The Business English Teacher's Guide to teaching in-company
What I didn´t know before I started teaching English in-company was the amount of paperwork there would be: fill in this form and have your photo taken and then we´ll give you a pass you need to scan to get into the company, fill in this other form and we´ll give you a card to put credit on and use to buy your lunch in the canteen. I couldn´t remember anyone having to scan anything to get into the language school where I had done my CELTA course and there was definitely no rule there about not using your phones or cameras to take photos due to concerns about industrial espionage. This was clearly another world, but I was still there to teach English.
When it comes to teaching business English, the in-company setting has its pros and cons. On the plus side you can get a much clearer idea of your learners´ work environment and products or services, which makes it easier to understand their English needs. Being in the place where the products are being produced affords you the chance to see the machines your learners use or visit the lab where they work or the warehouse they´re responsible for.
I teach a group of lab technicians in a room adjoining their lab and we´ve spent a number of lessons in the lab working on the vocabulary for the items you can find there and describing the processes the learners are involved in. So when we talk about the process of titration, for example, it´s not just an abstract concept to me, but something I´ve seen, touched and had demonstrated for me. Many in-company teachers, including myself, find learning about new products and processes very rewarding and it helps us extend our knowledge of the worlds of business and industry.
The downside of all of this is that, while you have the advantage of teaching on-the-job, the learners are usually also on-the-job during the lesson. This means that their mobile phones are likely to ring or beep and they may well be obligated to respond. On other occasions, they may not make it to the lesson at all because of a meeting or a business trip. In short, attendance may be sporadic and learners might not be able to fully concentrate on learning English. Your course plan could be disrupted as a result and you may also feel that your learners aren´t making as much progress as they would under different circumstances.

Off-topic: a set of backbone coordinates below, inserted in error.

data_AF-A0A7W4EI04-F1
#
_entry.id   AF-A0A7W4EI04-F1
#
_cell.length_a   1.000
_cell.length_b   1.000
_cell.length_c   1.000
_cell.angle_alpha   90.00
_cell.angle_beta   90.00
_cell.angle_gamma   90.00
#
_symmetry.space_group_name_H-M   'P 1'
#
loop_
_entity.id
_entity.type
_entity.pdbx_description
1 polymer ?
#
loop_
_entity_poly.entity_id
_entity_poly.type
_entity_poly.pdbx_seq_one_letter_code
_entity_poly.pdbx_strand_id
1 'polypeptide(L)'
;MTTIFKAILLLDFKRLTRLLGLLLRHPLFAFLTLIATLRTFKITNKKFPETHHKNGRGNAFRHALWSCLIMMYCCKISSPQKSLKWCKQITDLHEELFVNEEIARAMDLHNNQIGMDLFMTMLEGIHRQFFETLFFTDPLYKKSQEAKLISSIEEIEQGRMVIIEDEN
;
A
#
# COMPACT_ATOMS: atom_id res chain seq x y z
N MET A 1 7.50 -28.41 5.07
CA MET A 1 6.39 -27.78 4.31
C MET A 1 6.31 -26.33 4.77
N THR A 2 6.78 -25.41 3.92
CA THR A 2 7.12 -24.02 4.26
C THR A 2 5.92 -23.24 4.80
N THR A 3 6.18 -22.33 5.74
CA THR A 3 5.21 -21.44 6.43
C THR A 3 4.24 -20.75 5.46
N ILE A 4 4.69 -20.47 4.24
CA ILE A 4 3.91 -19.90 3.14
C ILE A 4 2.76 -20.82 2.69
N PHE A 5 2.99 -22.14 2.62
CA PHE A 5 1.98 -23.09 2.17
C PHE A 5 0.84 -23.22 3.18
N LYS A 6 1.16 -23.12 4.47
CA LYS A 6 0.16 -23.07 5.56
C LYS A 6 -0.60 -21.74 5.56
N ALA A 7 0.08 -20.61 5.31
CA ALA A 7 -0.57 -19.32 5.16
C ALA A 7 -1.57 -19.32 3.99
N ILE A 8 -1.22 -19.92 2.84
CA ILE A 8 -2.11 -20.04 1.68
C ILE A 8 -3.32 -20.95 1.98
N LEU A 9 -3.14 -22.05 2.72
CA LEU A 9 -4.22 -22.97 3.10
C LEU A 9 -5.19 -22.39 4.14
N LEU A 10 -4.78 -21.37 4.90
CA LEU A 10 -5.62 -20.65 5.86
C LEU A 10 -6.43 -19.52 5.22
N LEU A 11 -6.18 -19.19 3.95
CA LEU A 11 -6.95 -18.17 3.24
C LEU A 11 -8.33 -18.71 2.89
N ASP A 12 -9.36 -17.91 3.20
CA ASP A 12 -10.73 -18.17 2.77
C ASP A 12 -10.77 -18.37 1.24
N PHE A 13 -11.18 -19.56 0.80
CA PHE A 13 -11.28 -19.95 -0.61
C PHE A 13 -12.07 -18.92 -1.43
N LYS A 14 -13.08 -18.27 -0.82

Don´t let this affect your motivation though! There are lots of tricks you can use to surmount these stumbling blocks.
You can come to the lesson with a game to play, an interesting article to read and discuss or a framework activity to do if only two from your group of eight come to the lesson and you have to deviate from your plan.
Staying in touch with the learners between lessons also boosts their engagement levels and usually decreases their reluctance to leave their work behind for 90 minutes to come to the English lesson. For example, you can email them a warmer activity to think about ahead of the next lesson. One activity that seems to work quite well here is: complete this sentence, “I´ve always wondered why...”
There´s also the fact that most companies aren´t located in the centre of towns or cities and many in-company teachers, therefore, find themselves spending time – sometimes quite a lot of time – travelling to and from courses. Arranging your timetable so that you have blocks of courses at one company, in so far as that´s possible can help reduce your travelling time, though.
The best advice that I can give anyone teaching business English in-company is: use the learner as a resource. There are resources which learners can provide you with that you probably won´t be able to find anywhere else. These include knowledge of their companyand the industry it belongs to. If you´re looking at topics such as products and company structure in the coursebook you´re using, don´t forget to allow some space for the learners to contribute their knowledge of their own products and company structure.
Your learners also have access to a range of materials which can help you to better understand their needs, assuming they´re able to share them with you. While looking at emails, for example, you may find out that your learners have difficulties understanding the English emails they receive. Ask them to bring in some examples of these emails so you can look them at together and identify the cause of these difficulties. Advise the learners not to just print out a long chain of emails which starts with the last email received and ends with the first, ask them to copy and paste examples of individual emails that they find challenging into a document instead. Explaining the context in which the emails were sent can be an additional communicative activity to accompany the passive activity of reading the emails. You can then help the learners fill in the gaps in their understanding, and help them develop strategies for dealing with difficult to understand emails in future.
Ask the learners how long it takes them to write an email in English at work when you start teaching them and then ask them again later on and you´ll most likely find that the time has decreased, often by quite a lot. You´ll then experience one of the most satisfying parts of teaching in-company: knowing that you´ve helped your learners to do their jobs more effectively and efficiently.